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  • Data note
  • Open Access

Reactant pairs and reaction organization patterns produced by a new rule-based approach

BMC Research Notes201811:608

  • Received: 19 July 2018
  • Accepted: 20 August 2018
  • Published:



Improvements in bioinformatics applications for the enzyme identification of biochemical reactions, enzyme classifications, mining for specific inhibitors and pathfinding require the accurate computational detection of reaction similarity. We provide a set of substrate-product pairs, clustered by reactions that share similar chemical transformation patterns, for which accuracy was calculated, comparing this set with manually curated data sets.

Data description

The data were analyzed by a new method that naturally split each reaction into compound pairs and loner compounds, which we called architectures (Vazquez-Hernandez et al. in BMC Syst Biol 12:63, 2018). The data include a set of 7491 curated reactions from the KEGG-Ligand data set. The data are presented in two formats, a string format and a tree structure, both of which reflect the splitting process and the final architectures of each reaction. We are also reporting sets of reactions that show similar splitting patterns naturally grouped into clusters of tree structures. The compound pairs in each cluster were compared with the reactant pairs proposed by the KEGG-RCLASS data set, and a match precision value is also provided. These data were collected with the aim of providing research with a confident set of reactant pairs that is useful for selecting between alternative substrate-product pairs predicted by pathfinders.


  • Metabolic reaction
  • Reaction patterns
  • Reactant pairs
  • Compound pairs


Genome-scale metabolic reconstruction requires that information about chemical transformations be known, and atom mappers are convenient methods for providing a one-to-one comparison of an atom in a substrate and an atom in a product [1, 2]. Atom mappers use heuristic approximations to rapidly identify common substructures between two compounds on the basis of a graph comparison method [24], information on the chemical environment and the removal of noninformative atoms. As a result, atom mappers can give optimal and suboptimal solutions that must be manually confirmed to ensure their accuracy. Most importantly, previous work related to atom mappers has focused on how to efficiently compute metrics for chemical structures, but the accuracy of these methods has not been assessed for large networks [1, 3]. This last point is an important issue because methods devoted to pathway discovery have used the results of atom mapping and reactant pairings as input to define new pathways. Faust et al. [5] demonstrated this point by computing the best curated KEGG pairs with a weighting scheme penalizing highly connected compounds, which improved the performance of pathfinding methods.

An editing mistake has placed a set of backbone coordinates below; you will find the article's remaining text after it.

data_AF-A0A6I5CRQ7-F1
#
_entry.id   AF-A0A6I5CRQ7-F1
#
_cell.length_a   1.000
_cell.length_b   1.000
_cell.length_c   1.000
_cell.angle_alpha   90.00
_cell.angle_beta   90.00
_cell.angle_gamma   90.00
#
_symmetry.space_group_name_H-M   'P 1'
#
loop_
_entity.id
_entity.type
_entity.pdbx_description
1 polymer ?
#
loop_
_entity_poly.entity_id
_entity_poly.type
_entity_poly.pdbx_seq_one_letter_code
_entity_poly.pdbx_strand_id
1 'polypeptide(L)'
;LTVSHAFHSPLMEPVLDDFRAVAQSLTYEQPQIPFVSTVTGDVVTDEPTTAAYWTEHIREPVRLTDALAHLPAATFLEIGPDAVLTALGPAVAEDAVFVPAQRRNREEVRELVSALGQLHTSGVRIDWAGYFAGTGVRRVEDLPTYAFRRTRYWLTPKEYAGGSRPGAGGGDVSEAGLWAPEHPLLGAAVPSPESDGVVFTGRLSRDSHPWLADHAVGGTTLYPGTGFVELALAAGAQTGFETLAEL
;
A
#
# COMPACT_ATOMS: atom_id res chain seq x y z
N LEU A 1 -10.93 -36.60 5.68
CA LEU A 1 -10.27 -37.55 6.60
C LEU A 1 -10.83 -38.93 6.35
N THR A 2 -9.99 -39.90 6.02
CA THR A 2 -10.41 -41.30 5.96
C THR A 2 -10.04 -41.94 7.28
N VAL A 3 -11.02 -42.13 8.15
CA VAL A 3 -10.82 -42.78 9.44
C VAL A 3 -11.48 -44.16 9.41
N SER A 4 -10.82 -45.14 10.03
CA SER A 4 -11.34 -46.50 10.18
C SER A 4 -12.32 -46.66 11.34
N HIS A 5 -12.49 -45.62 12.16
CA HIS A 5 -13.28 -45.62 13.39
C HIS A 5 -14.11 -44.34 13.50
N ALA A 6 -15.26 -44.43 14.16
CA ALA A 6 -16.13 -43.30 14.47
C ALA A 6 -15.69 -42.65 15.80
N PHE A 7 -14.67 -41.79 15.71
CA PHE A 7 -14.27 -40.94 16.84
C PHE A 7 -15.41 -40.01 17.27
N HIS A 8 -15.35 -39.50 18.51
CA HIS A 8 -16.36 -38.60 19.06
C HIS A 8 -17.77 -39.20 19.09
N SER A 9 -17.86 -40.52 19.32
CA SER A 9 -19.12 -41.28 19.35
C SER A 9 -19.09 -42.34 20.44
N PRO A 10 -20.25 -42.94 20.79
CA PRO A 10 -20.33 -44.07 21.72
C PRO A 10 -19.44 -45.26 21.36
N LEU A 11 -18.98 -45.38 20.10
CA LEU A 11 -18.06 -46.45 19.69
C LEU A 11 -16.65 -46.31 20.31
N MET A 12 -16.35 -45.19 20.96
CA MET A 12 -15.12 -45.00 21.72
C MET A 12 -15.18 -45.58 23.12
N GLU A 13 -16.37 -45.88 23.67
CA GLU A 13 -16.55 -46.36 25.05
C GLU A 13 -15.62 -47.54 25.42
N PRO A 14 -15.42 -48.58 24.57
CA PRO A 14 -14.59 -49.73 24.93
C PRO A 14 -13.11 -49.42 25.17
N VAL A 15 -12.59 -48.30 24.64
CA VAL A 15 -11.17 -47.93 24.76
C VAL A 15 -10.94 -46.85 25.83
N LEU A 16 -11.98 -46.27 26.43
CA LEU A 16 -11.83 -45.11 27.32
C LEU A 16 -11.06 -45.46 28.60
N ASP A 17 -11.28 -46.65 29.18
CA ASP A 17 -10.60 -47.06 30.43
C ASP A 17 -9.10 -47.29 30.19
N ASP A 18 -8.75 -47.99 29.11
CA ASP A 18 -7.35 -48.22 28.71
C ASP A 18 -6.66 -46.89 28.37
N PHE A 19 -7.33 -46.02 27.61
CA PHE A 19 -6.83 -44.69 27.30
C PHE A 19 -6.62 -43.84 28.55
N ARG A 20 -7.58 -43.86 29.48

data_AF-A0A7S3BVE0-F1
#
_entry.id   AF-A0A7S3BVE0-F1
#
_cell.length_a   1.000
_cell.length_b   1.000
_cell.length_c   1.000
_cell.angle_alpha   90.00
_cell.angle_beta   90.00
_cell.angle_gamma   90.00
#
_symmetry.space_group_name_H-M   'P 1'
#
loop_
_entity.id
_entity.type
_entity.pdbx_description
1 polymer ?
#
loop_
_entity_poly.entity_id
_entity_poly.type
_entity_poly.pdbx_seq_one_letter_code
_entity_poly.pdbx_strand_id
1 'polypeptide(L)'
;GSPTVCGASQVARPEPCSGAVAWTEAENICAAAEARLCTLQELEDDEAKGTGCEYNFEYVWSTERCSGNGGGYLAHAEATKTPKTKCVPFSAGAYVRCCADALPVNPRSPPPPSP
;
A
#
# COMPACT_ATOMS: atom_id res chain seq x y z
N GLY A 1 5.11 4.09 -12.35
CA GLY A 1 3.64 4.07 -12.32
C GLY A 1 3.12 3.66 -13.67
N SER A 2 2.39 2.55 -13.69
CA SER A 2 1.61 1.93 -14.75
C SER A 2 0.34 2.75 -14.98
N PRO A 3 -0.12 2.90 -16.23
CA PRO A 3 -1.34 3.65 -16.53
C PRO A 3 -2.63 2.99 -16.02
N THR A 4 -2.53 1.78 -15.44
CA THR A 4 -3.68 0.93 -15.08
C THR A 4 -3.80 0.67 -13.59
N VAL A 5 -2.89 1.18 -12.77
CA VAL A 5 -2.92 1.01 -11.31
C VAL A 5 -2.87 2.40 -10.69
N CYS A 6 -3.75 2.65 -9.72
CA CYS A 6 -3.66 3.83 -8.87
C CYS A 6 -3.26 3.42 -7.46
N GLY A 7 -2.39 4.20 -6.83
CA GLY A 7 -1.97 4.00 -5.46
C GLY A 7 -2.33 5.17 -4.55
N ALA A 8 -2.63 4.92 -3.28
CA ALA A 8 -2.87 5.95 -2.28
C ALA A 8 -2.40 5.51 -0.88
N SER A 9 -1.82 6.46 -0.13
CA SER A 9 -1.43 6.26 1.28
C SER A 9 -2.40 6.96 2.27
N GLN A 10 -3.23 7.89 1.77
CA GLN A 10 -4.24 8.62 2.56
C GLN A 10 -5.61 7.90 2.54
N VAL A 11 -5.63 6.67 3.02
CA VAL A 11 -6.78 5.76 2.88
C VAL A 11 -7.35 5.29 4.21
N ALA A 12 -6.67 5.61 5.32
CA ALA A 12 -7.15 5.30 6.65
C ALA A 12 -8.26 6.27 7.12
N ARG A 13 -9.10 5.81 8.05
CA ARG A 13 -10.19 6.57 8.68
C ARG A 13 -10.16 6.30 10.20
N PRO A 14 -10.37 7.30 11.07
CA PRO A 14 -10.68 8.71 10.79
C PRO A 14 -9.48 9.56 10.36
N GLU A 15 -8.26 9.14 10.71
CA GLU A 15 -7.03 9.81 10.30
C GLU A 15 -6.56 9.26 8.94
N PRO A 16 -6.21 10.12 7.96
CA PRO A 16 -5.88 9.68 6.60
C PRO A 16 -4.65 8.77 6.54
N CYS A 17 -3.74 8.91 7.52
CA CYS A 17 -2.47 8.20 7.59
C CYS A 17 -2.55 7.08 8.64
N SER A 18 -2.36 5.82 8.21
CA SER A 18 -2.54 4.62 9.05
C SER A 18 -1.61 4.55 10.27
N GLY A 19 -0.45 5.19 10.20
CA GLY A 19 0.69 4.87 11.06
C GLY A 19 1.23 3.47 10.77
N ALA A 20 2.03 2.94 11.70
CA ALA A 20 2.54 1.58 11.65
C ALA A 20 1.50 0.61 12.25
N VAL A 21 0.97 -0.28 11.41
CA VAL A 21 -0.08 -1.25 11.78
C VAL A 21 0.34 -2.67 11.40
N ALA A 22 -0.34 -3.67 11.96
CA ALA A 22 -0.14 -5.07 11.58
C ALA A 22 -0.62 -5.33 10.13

These observations inspired us to construct a method able to identify architectures (“pairs” and “loner” compounds) that uses a minimum of chemical information and does not remove any of the compounds or atoms in a reaction, such that its results avoid “manual curation” as much as possible. For this purpose, we performed a statistical comparison of the tree structure pairs (TS pairs) proposed by our method and those in the RPAIR/RCLASS data sets, which gave as a result a precision number that can be interpreted as the confidence between the predicted set of reactant pairs from RPAIR/RCLASS and TS pairs [6]. In this note, we present the TS pairs, the clusters of TS pairs (CTSs) and the precision value for each reaction grouped in each CTS.

Data description

Tree structure pairs

We are reporting TS pairs (substrate-product pairs) proposed by our method for 7491 curated reactions that are completely described in the Kyoto Encyclopedia of Genes and Genomes (KEGG)-Ligand data set [7]. The data included reactions that are completely described in data sets stored in the 2015 version of the KEGG knowledgebase. From the COMPOUND data set, we collected the IDs, chemical formulas and molecular weights of 7661 compounds. We limited our analysis to a well-curated and verifiable set, and all reactions that included compounds from the GLYCAN data set and reactions with coefficients and subscripts that had not been completely described were removed. The method used to generate the TS pairs and loner compounds is fully described in Ref. [6]. A copy of the code is also provided as part of the results presented in this manuscript (Table 1).
Table 1

Overview of the data files


Name of data file/data set

File types (file extension)

Data repository identifier (DOI)

Data file1

Compound pairs with a precision value [8]

Text file (.txt)


Data file 2

Compound pairs without a precision value [9]

Text file (.txt)


Data file 3

Reaction splitting using the balance rule [10]